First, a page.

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The advice and opinions of this author are not intended to be used as medical advice. Please check with your own personal medical practitioner before initiating or changing treatment for any condition.
The statistics are disheartening. Of the more than 18 million people in the United States with diabetes, more than 5 million are undiagnosed. This population is already at risk for developing silent complications relating to high blood glucose.
The statistics for metabolic syndrome (a risk factor for diabetes and cardiovascular disease) are even worse. According to the American Heart Association (AHA) Web site, statistics compiled during 19881994 estimate that about 47 million U.S. residents have metabolic syndrome. Not only are these numbers out of date, the AHA admits that even this information is limited. Additionally, the number of children and teens with metabolic syndrome is rapidly increasing, although the actual numbers are unknown.
What can you do to identify your risks and have a meaningful discussion with your physician about your concerns? Get educated and partner with your doctor. This is especially important since our healthcare system makes it difficult for physicians to spend as much time with patients as they would like, especially when it comes to prevention. And most insurers don’t cover prevention services. For many patients with diabetes, paying “out of pocket” for an individual counseling session with a certified diabetes educator is worth every penny.
Do You Have the Metabolic Syndrome?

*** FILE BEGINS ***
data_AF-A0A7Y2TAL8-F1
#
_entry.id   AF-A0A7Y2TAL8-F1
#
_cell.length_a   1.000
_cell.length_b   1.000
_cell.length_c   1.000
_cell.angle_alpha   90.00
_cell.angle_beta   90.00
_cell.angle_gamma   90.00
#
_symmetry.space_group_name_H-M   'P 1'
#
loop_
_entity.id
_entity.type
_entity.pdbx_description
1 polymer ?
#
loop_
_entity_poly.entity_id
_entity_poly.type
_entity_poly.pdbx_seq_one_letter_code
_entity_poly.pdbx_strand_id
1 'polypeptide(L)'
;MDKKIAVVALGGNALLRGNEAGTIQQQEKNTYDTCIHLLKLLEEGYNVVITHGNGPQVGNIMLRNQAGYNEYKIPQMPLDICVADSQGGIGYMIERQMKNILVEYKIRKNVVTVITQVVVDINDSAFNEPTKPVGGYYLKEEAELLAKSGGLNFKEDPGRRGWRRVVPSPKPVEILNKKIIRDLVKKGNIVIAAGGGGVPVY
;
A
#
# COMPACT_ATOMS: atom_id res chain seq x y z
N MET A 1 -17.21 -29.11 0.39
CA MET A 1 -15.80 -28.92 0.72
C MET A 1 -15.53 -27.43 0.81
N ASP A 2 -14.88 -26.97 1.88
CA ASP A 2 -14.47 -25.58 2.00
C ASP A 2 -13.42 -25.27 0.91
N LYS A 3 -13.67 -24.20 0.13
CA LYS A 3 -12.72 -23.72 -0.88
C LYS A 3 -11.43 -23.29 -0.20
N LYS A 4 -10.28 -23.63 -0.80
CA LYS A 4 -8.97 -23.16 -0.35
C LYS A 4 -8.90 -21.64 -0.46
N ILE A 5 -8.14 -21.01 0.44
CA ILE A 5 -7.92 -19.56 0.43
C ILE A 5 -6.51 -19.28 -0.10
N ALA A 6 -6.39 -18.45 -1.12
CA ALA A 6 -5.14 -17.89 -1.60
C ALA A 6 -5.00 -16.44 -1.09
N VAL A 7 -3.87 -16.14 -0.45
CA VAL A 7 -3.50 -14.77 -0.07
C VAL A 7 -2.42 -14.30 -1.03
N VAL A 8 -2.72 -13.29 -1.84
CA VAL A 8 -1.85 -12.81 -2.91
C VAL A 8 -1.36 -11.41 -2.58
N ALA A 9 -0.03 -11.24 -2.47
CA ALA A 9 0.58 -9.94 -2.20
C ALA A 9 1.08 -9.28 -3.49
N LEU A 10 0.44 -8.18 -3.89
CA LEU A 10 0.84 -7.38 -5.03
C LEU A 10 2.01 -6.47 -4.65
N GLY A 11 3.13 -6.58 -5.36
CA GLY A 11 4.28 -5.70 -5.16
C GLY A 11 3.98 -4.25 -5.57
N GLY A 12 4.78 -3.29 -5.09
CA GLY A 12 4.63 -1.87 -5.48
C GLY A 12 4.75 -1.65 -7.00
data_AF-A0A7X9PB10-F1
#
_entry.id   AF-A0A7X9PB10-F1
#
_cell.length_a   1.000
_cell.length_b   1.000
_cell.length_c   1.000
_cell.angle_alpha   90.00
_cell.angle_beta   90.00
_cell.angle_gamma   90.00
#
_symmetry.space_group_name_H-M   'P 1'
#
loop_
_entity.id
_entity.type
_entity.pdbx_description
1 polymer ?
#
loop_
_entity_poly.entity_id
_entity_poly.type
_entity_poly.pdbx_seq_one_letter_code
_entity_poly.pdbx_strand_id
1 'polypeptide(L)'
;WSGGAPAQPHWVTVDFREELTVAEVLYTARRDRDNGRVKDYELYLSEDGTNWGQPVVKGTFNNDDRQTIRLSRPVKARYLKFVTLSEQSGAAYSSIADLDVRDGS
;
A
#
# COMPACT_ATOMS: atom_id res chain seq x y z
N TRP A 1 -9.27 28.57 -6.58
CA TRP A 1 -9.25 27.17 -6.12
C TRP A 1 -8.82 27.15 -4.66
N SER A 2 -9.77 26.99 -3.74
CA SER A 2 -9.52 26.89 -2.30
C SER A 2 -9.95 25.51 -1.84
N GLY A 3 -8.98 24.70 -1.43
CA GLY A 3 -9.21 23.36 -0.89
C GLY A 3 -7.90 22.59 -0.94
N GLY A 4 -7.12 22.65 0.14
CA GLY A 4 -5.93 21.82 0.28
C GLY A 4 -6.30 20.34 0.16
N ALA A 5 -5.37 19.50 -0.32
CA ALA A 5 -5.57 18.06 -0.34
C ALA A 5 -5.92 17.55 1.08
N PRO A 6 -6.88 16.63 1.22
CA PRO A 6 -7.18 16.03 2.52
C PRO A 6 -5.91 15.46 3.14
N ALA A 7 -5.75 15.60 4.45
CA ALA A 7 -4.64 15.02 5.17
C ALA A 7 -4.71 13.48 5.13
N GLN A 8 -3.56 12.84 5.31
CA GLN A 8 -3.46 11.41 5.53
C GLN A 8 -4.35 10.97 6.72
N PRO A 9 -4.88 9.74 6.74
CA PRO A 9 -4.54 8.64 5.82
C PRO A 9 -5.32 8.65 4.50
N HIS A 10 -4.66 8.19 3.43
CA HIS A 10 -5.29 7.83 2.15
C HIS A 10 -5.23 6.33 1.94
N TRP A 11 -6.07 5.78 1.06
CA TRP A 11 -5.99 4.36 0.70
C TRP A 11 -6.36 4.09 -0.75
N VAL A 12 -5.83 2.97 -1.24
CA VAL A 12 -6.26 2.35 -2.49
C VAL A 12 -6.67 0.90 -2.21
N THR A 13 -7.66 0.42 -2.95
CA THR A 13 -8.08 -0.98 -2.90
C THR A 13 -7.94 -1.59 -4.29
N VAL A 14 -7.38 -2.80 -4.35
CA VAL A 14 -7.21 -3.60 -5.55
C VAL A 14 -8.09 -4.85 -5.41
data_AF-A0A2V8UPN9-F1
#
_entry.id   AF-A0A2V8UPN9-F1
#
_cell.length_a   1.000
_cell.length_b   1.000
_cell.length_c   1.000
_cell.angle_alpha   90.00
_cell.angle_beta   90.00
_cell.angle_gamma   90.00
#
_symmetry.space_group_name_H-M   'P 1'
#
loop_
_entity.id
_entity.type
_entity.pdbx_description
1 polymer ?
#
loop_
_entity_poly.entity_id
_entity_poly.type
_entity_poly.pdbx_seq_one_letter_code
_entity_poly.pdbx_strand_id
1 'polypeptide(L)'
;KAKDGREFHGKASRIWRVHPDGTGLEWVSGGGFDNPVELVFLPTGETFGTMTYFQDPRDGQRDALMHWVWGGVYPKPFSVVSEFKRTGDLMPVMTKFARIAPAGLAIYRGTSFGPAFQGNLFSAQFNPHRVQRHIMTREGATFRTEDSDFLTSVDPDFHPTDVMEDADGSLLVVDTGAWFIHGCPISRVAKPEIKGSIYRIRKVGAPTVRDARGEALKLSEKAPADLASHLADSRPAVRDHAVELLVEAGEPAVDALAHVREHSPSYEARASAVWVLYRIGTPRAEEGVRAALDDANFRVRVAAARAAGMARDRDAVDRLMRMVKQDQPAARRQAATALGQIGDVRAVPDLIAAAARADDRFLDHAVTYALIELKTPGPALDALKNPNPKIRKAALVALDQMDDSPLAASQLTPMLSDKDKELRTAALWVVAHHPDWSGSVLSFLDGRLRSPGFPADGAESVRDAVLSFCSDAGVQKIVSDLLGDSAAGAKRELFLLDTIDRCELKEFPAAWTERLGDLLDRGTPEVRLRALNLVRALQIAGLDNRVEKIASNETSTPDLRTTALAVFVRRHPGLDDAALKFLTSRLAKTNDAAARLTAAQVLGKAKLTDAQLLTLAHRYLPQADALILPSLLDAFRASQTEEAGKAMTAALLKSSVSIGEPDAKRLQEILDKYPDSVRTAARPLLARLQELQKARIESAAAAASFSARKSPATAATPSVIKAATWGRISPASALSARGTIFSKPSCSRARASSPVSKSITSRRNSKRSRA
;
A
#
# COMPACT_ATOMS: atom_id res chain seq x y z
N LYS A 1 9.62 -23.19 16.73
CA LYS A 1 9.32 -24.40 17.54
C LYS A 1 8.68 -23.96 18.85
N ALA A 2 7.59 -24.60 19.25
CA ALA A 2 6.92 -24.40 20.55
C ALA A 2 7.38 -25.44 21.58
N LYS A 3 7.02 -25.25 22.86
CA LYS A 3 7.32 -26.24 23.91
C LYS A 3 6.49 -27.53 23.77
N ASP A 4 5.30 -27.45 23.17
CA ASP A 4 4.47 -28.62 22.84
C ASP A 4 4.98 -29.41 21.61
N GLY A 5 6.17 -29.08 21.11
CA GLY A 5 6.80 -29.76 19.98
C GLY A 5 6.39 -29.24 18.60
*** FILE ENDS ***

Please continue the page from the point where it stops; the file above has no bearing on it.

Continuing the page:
Agree or disagree with the following statements to determine if you might have the metabolic syndrome:
1. My waist is greater than 40 inches (men) or 35 inches (women).
2. My triglycerides are 150 mg/dl or more.
3. My HDL cholesterol is 40 mg/dl or less (men) or 50 mg/dl or less (women).
4. My blood pressure is 130/85 or more.
5. My fasting blood glucose is 110 mg/dl or more.
If you answered “yes” to three or more questions, you may well have the metabolic syndrome.
Since the key to prevention is early identification of people at risk, your answers to the above questions can give your doctor a better picture of how intensively he or she must evaluate you.
Reprinted from “Atkins Diabetes Revolution” (William Morrow, 2004)
How many risk factors for Type 2 diabetes do you have?
I am overweight.
I have excess weight around my waist.
My diet is high in carbohydrates such as
bread, potatoes and pasta.
I eat starchy snack foods/sweets every day.
I exercise fewer than three hours a week.
I am African American, Hispanic American, Asian
American, Native American, or Pacific Islander.
My mother, father, sister, or brother
I had gestational diabetes.
My blood sugar is high.
My blood pressure is high.
I have high triglycerides.
I am over age 45.
Count up your yes answers. The more yes answers you have, the greater the likelihood you will get diabetes—or that you have it already. If you have more than five yes answers, discuss your risk with your doctor as soon as possible.
Reprinted from Atkins Diabetes Revolution, William Morrow, 2004.
Diabetes Health is the essential resource for people living with diabetes- both newly diagnosed and experienced as well as the professionals who care for them. We provide balanced expert news and information on living healthfully with diabetes. Each issue includes cutting-edge editorial coverage of new products, research, treatment options, and meaningful lifestyle issues.